Feed Lot

AUG 2018

Feedlots and cow/calf operations in the beef industry who feed 500 or more has annually on grains and concentrates; maintain 500 or more beef cows; backgrounder, stocker/grower, preconditioner; veterinarian, nutritionist, consultant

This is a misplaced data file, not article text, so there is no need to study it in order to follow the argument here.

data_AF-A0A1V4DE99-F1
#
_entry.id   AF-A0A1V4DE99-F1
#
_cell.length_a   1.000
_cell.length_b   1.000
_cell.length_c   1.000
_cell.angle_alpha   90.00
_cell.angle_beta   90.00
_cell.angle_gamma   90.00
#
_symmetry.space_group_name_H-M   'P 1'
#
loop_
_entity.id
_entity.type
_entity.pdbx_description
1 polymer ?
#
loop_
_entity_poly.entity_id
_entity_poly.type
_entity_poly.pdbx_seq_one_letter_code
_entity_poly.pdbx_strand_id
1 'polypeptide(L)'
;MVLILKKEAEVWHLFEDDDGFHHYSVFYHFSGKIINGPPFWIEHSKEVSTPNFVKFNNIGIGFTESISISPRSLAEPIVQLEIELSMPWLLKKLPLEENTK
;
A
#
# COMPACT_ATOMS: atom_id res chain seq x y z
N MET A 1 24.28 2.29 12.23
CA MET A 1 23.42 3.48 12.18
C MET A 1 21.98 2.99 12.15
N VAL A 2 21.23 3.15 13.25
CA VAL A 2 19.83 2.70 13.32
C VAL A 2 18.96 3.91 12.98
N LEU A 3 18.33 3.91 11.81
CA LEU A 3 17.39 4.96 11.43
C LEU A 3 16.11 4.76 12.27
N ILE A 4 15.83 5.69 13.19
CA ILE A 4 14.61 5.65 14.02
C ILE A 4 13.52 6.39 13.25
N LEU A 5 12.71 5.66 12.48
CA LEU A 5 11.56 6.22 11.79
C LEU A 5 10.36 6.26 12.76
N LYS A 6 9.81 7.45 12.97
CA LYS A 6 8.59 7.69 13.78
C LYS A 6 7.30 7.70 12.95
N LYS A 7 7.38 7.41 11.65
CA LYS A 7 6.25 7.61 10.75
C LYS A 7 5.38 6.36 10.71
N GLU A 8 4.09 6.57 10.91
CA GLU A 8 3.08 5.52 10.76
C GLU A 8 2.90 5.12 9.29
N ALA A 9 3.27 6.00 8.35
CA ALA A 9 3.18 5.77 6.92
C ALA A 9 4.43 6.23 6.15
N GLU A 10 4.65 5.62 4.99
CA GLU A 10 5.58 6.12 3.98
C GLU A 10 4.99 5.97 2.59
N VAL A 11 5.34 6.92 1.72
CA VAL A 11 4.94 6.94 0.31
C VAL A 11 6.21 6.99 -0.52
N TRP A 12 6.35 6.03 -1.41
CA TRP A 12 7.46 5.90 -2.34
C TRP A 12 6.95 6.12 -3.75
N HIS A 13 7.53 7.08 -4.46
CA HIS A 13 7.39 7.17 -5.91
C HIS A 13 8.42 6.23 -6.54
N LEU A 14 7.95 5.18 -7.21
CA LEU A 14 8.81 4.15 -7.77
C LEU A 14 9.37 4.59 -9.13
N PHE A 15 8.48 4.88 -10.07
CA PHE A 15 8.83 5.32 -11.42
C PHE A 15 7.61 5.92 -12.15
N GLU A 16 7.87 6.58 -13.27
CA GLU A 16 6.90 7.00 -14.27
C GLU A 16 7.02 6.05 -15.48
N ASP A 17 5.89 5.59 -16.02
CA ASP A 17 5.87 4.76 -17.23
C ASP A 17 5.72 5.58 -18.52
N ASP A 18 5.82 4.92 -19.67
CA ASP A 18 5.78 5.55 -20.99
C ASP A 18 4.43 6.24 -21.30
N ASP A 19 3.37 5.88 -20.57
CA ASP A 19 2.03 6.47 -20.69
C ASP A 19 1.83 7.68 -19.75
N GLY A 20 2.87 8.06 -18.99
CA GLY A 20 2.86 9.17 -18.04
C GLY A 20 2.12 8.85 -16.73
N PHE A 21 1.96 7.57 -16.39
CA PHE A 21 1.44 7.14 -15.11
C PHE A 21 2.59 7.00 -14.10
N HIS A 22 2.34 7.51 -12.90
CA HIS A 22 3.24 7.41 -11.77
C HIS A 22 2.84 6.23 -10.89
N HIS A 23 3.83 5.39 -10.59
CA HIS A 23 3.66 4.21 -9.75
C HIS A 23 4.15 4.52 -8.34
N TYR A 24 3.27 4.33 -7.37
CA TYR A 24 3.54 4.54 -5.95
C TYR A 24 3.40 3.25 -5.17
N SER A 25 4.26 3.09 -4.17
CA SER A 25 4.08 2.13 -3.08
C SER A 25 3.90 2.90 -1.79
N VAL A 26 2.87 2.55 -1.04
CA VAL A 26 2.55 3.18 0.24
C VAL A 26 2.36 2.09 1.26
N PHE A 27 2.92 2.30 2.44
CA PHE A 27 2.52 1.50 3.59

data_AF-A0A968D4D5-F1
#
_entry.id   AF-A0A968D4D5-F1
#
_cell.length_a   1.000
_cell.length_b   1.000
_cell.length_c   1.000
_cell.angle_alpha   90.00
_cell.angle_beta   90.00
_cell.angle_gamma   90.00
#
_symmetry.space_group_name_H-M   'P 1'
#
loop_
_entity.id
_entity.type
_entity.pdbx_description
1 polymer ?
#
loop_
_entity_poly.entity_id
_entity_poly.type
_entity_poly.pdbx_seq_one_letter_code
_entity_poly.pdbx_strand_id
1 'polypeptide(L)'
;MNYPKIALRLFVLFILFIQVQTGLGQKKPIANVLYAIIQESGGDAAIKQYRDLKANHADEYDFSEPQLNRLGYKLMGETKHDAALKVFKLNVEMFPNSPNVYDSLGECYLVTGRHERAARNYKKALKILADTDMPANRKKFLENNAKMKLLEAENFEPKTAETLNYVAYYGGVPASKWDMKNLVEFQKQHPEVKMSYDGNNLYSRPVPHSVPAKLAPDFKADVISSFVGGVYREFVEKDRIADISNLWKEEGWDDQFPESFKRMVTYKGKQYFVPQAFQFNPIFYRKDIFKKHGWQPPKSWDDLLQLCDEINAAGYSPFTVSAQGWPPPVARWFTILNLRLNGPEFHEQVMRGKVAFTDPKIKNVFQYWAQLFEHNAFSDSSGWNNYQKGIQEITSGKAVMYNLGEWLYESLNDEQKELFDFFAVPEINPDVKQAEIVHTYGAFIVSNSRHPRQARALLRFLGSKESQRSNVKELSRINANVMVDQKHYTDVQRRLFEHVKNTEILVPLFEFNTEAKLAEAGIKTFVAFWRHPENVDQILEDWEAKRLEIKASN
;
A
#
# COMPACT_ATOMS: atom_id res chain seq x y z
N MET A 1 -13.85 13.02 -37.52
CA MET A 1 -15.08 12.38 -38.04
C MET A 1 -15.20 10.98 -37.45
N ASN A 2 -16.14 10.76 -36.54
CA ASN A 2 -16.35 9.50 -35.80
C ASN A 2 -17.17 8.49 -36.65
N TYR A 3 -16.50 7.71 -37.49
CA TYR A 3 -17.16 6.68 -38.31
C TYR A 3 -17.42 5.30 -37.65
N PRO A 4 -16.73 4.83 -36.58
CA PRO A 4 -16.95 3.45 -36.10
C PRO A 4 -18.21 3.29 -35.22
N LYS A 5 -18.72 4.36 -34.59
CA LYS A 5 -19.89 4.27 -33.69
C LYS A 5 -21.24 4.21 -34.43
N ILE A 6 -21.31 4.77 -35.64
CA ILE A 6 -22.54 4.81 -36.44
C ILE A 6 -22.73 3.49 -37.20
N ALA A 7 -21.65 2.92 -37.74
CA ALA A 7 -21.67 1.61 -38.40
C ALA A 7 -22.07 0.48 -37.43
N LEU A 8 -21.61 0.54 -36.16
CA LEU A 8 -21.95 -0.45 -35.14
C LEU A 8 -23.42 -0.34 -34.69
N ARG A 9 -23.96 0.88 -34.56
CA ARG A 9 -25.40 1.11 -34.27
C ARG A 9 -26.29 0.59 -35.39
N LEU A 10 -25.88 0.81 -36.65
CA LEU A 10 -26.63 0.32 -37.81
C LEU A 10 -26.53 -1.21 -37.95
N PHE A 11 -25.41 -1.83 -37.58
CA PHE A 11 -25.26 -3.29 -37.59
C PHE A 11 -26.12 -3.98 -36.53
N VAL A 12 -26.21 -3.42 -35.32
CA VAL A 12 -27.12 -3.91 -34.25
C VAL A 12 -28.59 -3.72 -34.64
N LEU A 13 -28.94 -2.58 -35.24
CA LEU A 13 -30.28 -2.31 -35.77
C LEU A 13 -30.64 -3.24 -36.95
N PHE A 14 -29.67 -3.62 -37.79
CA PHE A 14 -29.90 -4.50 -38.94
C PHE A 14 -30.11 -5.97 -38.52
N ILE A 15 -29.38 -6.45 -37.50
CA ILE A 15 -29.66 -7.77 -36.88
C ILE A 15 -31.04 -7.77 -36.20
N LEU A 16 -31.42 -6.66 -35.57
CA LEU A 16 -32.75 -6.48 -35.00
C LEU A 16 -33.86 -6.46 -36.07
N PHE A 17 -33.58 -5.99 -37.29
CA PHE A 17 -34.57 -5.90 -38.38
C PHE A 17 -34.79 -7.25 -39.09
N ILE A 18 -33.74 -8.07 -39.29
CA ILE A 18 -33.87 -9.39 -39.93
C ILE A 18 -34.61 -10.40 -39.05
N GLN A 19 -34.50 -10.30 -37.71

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150 mg/mL ANTIMICROBIAL NADA 141-328, Approved by FDA For subcutaneous injection in beef and non-lactating dairy cattle only. Not for use in female dairy cattle 20 months of age or older or in calves to be processed for veal. Caution: Federal (USA) law restricts this drug to use by or on the order of a licensed veterinarian. READ ENTIRE BROCHURE CAREFULLY BEFORE USING THIS PRODUCT. INDICATIONS ZACTRAN is indicated for the treatment of bovine respiratory disease (BRD) associated with Mannheimia haemolytica, Pasteurella multocida, Histophilus somni and Mycoplasma bovis in beef and non-lactating dairy cattle. ZACTRAN is also indicated for the control of respiratory disease in beef and non-lactating dairy cattle at high risk of developing BRD associated with Mannheimia haemolytica and Pasteurella multocida. CONTRAINDICATIONS As with all drugs, the use of ZACTRAN is contraindicated in animals previously found to be hypersensitive to this drug. WARNING: FOR USE IN CATTLE ONLY. NOT FOR USE IN HUMANS. KEEP THIS AND ALL DRUGS OUT OF REACH OF CHILDREN. NOT FOR USE IN CHICKENS OR TURKEYS. The material safety data sheet (MSDS) contains more detailed occupational safety information. To report adverse effects, obtain an MSDS or for assistance, contact Merial at 1-888-637-4251. RESIDUE WARNINGS: Do not treat cattle within 35 days of slaughter. Because a discard time in milk has not been established, do not use in female dairy cattle 20 months of age or older. A withdrawal period has not been established for this product in pre-ruminating calves. Do not use in calves to be processed for veal. PRECAUTIONS The effects of ZACTRAN on bovine reproductive performance, pregnancy, and lactation have not been determined. Subcutaneous injection of ZACTRAN may cause a transient local tissue reaction in some cattle that may result in trim loss of edible tissues at slaughter. ADVERSE REACTIONS Transient animal discomfort and mild to moderate injection site swelling may be seen in cattle treated with ZACTRAN. EFFECTIVENESS The effectiveness of ZACTRAN for the treatment of BRD associated with Mannheimia haemolytica, Pasteurella multocida and Histophilus somni was demonstrated in a field study conducted at four geographic locations in the United States. A total of 497 cattle exhibiting clinical signs of BRD were enrolled in the study. Cattle were administered ZACTRAN (6 mg/kg BW) or an equivalent volume of sterile saline as a subcutaneous injection once on Day 0. Cattle were observed daily for clinical signs of BRD and were evaluated for clinical success on Day 10. The percentage of successes in cattle treated with ZACTRAN (58%) was statistically significantly higher (p<0.05) than the percentage of successes in the cattle treated with saline (19%). The effectiveness of ZACTRAN for the treatment of BRD associated with M. bovis was demonstrated independently at two U.S. study sites. A total of 502 cattle exhibiting clinical signs of BRD were enrolled in the studies. Cattle were administered ZACTRAN (6 mg/ kg BW) or an equivalent volume of sterile saline as a subcutaneous injection once on Day 0. At each site, the percentage of successes in cattle treated with ZACTRAN on Day 10 was statistically significantly higher than the percentage of successes in the cattle treated with saline (74.4% vs. 24% [p <0.001], and 67.4% vs. 46.2% [p = 0.002]). In addition, in the group of calves treated with gamithromycin that were confirmed positive for M. bovis (pre-treatment nasopharyngeal swabs), there were more calves at each site (45 of 57 calves, and 5 of 6 calves) classified as successes than as failures. The effectiveness of ZACTRAN for the control of respiratory disease in cattle at high risk of developing BRD associated with Mannheimia haemolytica and Pasteurella multocida was demonstrated in two independent studies conducted in the United States. A total of 467 crossbred beef cattle at high risk of developing BRD were enrolled in the study. ZACTRAN (6 mg/kg BW) or an equivalent volume of sterile saline was administered as a single subcutaneous injection within one day after arrival. Cattle were observed daily for clinical signs of BRD and were evaluated for clinical success on Day 10 post-treatment. In each of the two studies, the percentage of successes in the cattle treated with ZACTRAN (86% and 78%) was statistically significantly higher (p = 0.0019 and p = 0.0016) than the percentage of successes in the cattle treated with saline (36% and 58%). Marketed by Merial Limited 3239 Satellite Blvd., Duluth, GA 30096-4640 U.S.A. Made in Austria ®ZACTRAN is a registered trademark of Merial. ©2016 Merial. All rights reserved. Rev. 01/2016 that aren't "derived from harvested production of livestock or poultry." With some analysts projecting lab-grown "meat" will be a $ 5 . 2 billion global business by 2020, cat- tlemen need to pay attention to the plight of the dairy industry. It's time to legally define what can be called beef. NCBA president Kevin Kester said, "It is critical that the federal government step up to the plate and enforce fair and accurate labeling for fake meat. As long as we have a level playing field, our product will continue to be the leading protein choice for families…" NCBA is requesting that the USDA (specifically the Food Safe- ty Inspection Service or FSIS) be given jurisdiction over foods consisting of, or produced from cell cultures or tissue. Routing jurisdiction through the FSIS will provide greater protection against false and misleading marketing claims through questionable label- ing, NCBA says. But right now, another govern- mental agency is staking claim to regulating fake meat. Can you guess which one? The same one who hasn't been enforcing accurate milk labeling for the last several years – the FDA. FL I've never milked an almond. And I bet you haven't either. That's part of the argument the dairy industry is using to rein in what is called milk. Dairymen aren't asking for a new rule so that items like soy milk would lose its "milk" name. Instead they are asking the FDA to enforce a regulation already on the books. The FDA's current stan- dard of identity talks about milk being a product of a lactating animal. However in recent years, soy milk, al- mond milk and other white beverages have taken hold with consumers who see these products as a healthy version of what Elsie has been producing for decades. This battle for the dairy indus- try is nothing new. It has lodged complaints for years about labeling violations of products called "milk," much to the yawn of the FDA. So when the FDA Commissioner Scott Gottlieb said in late July that his agency will soon begin enforcing standards of identity for milk, dairy farms across the nation uttered a big "finally" in unison. It sounds as though the FDA has come around to enforcing their own rules, but truth be told it will take some time. The agency held a hearing in late July to get public input on enforcing existing regulations, so don't expect the al- mond milk commercials to change anytime soon. But why should any of this make a difference to beef producers? It's all about labeling. Lab grown "meat" products are rapidly catch- ing the attention of consumers, and meat groups (think beef groups) are concerned the term "meat" might go the way "milk" has for the last several years. Outgoing Missouri governor Eric Greitens recently signed a measure prohib- iting companies in the state from misrepresenting products as meat Fair Labeling BY JILL J. DUNKEL EDITOR'S DESK 4 FEED•LOT August 2018